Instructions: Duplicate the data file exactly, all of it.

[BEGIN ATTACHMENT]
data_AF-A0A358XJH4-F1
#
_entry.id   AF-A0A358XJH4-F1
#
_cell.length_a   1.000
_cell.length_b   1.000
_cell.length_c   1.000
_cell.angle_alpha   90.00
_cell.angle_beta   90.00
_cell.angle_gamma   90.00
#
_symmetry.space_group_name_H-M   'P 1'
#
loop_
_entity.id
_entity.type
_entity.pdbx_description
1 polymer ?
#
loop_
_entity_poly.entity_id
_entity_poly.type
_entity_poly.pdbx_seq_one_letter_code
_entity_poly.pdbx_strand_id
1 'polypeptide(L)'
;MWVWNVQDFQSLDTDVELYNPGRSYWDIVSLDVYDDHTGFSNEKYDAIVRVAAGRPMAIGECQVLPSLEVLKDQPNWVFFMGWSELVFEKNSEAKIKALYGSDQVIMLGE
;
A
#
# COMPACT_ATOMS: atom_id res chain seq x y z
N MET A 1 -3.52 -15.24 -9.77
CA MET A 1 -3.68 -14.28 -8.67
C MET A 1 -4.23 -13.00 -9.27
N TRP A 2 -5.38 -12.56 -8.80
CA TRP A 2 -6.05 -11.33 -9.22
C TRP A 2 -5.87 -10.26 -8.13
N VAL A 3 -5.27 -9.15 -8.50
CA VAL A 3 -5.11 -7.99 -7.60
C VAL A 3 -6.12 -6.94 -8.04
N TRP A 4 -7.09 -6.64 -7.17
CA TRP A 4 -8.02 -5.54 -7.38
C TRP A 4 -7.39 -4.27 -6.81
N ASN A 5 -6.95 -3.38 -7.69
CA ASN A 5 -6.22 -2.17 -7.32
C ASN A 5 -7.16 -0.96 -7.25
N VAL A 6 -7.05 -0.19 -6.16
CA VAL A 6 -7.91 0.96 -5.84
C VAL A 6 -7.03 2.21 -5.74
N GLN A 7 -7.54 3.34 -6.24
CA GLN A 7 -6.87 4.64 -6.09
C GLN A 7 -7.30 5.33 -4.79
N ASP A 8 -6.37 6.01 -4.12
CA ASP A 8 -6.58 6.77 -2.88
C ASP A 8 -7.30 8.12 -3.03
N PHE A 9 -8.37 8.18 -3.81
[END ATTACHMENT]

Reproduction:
data_AF-A0A358XJH4-F1
#
_entry.id   AF-A0A358XJH4-F1
#
_cell.length_a   1.000
_cell.length_b   1.000
_cell.length_c   1.000
_cell.angle_alpha   90.00
_cell.angle_beta   90.00
_cell.angle_gamma   90.00
#
_symmetry.space_group_name_H-M   'P 1'
#
loop_
_entity.id
_entity.type
_entity.pdbx_description
1 polymer ?
#
loop_
_entity_poly.entity_id
_entity_poly.type
_entity_poly.pdbx_seq_one_letter_code
_entity_poly.pdbx_strand_id
1 'polypeptide(L)'
;MWVWNVQDFQSLDTDVELYNPGRSYWDIVSLDVYDDHTGFSNEKYDAIVRVAAGRPMAIGECQVLPSLEVLKDQPNWVFFMGWSELVFEKNSEAKIKALYGSDQVIMLGE
;
A
#
# COMPACT_ATOMS: atom_id res chain seq x y z
N MET A 1 -3.52 -15.24 -9.77
CA MET A 1 -3.68 -14.28 -8.67
C MET A 1 -4.23 -13.00 -9.27
N TRP A 2 -5.38 -12.56 -8.80
CA TRP A 2 -6.05 -11.33 -9.22
C TRP A 2 -5.87 -10.26 -8.13
N VAL A 3 -5.27 -9.15 -8.50
CA VAL A 3 -5.11 -7.99 -7.60
C VAL A 3 -6.12 -6.94 -8.04
N TRP A 4 -7.09 -6.64 -7.17
CA TRP A 4 -8.02 -5.54 -7.38
C TRP A 4 -7.39 -4.27 -6.81
N ASN A 5 -6.95 -3.38 -7.69
CA ASN A 5 -6.22 -2.17 -7.32
C ASN A 5 -7.16 -0.96 -7.25
N VAL A 6 -7.05 -0.19 -6.16
CA VAL A 6 -7.91 0.96 -5.84
C VAL A 6 -7.03 2.21 -5.74
N GLN A 7 -7.54 3.34 -6.24
CA GLN A 7 -6.87 4.64 -6.09
C GLN A 7 -7.30 5.33 -4.79
N ASP A 8 -6.37 6.01 -4.12
CA ASP A 8 -6.58 6.77 -2.88
C ASP A 8 -7.30 8.12 -3.03
N PHE A 9 -8.37 8.18 -3.81